'Rare Exports: A Christmas Tale': Better watch out, evil Santa is coming to this town
"Rare Exports: A Christmas Tale" is a fiendishly bizarre Finnish export about an evil Santa Claus and his naked band of marauding elves. Moody and full of dread, it's also great fun with glossy, childlike adventure and a keen visual style.
Special to The Seattle Times
'Rare Exports: A Christmas Tale,' with Onni Tommila, Ilmari Järvenpää, Jorma Tommila, Per Christian Ellefsen, Tommi Korpela, Rauno Juvonen. Written and directed by Jalmari Helander. 80 minutes. Not rated; suitable for mature audiences. In Finnish and English, with English subtitles. Varsity.
If you see only one fiendishly bizarre Finnish film about an evil Santa Claus and his naked band of marauding elves this holiday season, make it "Rare Exports: A Christmas Tale."
Expanding on a concept he envisioned in a pair of short films, Jalmari Helander exploits the trappings of classic-fairy-tale storytelling with imagination and wit. Playing off an eerie and pervasive timelessness, this twisted take on Christmas lore establishes a patiently sinister tempo that creates truly disturbing undercurrents of dread. But with the added layers of an enchanting visual style and swelling musical score, there's also a delightful sheen of Spielbergian adventure and childlike wonderment, even though most kids will probably be completely freaked out.
In the far north of Arctic Lapland, the bleakness of the Christmas season has again fallen over the rural, dilapidated home of 10-year-old Pietari (Onni Tommila). When he and his friend Juuso (Ilmari Järvenpää) happen upon a secret archaeological dig on a nearby mountaintop, the holiday cheerlessness takes an even deeper dive into foreboding menace.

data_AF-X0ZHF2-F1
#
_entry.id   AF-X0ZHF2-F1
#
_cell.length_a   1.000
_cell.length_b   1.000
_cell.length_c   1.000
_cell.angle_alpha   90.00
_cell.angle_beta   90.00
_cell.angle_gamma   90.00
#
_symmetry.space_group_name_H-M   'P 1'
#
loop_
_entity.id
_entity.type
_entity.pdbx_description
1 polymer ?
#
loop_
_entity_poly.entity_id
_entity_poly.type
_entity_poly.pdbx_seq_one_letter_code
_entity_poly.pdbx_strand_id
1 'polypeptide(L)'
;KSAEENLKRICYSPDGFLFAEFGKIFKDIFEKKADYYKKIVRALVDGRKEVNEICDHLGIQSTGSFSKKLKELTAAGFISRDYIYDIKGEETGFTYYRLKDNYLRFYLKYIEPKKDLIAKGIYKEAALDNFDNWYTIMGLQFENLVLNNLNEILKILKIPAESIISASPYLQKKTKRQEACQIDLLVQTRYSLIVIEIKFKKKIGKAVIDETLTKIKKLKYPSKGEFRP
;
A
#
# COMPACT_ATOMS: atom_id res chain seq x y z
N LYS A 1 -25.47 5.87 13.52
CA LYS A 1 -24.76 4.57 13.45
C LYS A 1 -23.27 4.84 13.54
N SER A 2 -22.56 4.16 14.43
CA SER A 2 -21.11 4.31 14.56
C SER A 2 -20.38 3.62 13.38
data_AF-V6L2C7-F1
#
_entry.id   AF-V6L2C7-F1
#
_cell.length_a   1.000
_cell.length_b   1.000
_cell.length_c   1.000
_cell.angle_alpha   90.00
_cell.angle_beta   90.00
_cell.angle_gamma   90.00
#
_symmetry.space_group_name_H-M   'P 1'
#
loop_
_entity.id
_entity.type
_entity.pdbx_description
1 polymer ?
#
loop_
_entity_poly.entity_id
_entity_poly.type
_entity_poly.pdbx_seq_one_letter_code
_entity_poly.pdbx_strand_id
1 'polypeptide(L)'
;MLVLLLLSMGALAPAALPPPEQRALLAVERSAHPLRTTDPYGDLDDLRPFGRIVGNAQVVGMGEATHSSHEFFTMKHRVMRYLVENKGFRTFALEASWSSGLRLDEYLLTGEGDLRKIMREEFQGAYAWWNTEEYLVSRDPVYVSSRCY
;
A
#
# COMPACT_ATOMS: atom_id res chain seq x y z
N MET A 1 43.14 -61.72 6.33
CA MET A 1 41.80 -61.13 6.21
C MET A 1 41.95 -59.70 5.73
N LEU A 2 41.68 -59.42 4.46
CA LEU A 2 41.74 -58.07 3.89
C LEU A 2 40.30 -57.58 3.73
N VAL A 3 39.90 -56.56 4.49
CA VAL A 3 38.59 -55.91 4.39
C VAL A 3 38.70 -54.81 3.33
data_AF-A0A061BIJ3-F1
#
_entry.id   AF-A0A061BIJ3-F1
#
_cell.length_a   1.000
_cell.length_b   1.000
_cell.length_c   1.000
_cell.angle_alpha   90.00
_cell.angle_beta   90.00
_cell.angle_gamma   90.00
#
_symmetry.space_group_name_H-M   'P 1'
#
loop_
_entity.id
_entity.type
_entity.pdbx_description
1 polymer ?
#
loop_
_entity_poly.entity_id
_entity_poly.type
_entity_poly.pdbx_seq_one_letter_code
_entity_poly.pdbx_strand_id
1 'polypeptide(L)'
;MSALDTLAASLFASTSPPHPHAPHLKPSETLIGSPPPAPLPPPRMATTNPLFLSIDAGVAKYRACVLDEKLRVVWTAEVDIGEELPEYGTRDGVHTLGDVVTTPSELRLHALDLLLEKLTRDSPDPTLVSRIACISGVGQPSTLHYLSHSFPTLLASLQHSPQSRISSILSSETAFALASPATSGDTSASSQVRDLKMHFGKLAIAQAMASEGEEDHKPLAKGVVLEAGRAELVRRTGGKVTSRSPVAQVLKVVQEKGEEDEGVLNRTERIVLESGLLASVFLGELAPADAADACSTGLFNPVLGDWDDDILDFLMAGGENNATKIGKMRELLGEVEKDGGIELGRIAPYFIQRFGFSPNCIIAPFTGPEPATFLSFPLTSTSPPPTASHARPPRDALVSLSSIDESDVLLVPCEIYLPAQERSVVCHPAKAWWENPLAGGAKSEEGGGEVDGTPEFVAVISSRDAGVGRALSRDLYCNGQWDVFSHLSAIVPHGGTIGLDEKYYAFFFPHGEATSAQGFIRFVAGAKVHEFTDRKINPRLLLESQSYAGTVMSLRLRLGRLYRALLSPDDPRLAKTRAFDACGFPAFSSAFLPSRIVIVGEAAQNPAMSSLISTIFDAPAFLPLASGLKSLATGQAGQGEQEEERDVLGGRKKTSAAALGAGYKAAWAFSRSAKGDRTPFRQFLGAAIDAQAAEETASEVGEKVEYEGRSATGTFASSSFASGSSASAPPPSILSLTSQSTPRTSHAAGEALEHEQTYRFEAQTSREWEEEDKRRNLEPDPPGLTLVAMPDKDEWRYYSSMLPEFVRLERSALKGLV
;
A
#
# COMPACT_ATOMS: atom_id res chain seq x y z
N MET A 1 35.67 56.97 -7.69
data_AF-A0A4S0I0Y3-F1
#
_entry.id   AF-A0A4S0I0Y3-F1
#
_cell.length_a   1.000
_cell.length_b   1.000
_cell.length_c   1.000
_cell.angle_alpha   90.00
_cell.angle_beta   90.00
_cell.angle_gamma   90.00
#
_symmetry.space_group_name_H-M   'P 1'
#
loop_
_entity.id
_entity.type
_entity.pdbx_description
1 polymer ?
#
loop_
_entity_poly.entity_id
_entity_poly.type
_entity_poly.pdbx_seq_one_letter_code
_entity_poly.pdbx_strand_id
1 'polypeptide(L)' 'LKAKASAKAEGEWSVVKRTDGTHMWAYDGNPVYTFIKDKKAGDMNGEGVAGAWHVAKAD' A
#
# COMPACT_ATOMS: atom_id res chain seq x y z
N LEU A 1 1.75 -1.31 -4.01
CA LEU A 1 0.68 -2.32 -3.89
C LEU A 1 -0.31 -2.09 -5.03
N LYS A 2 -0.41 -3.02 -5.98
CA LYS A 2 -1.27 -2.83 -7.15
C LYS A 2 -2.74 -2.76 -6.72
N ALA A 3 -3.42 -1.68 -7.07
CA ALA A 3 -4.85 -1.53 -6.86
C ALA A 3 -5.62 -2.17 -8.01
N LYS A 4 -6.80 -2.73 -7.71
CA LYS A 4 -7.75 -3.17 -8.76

Pietari finds out that parents and storybooks have been tricking us about the true nature of Christmas' most illustrious icon of jollity when the remains of the real Santa Claus are excavated in a block of ice. This is the original Bad Santa, a malevolent brute who flays and murders naughty children, assisted by a gang of filthy ghouls who do his bidding (and have a debilitating weakness for gingerbread). Scampering through the frozen wasteland, the elves are creepy enough, but Santa is truly demonic. Though we get only a glimpse of two enormous horns protruding from the creature's defrosting tomb, it's clear that even nice children don't stand a chance.
"Rare Exports" is surprisingly languorous, allowing plenty of room for moody apprehension as the camera prowls around its remote surroundings with a minimum of cheap thrills. Sullen little Pietari mopes in the tracks of inept grown-ups who bungle about in fear and desperation until he finally unleashes an inner valor with a whimsical nod to the archetypal hero's journey. In a rally of wisdom and courage, his turnabout of boyhood triumph is spot on in bringing about a jubilantly perverse Christmas miracle.
Ted Fry: firstname.lastname@example.org
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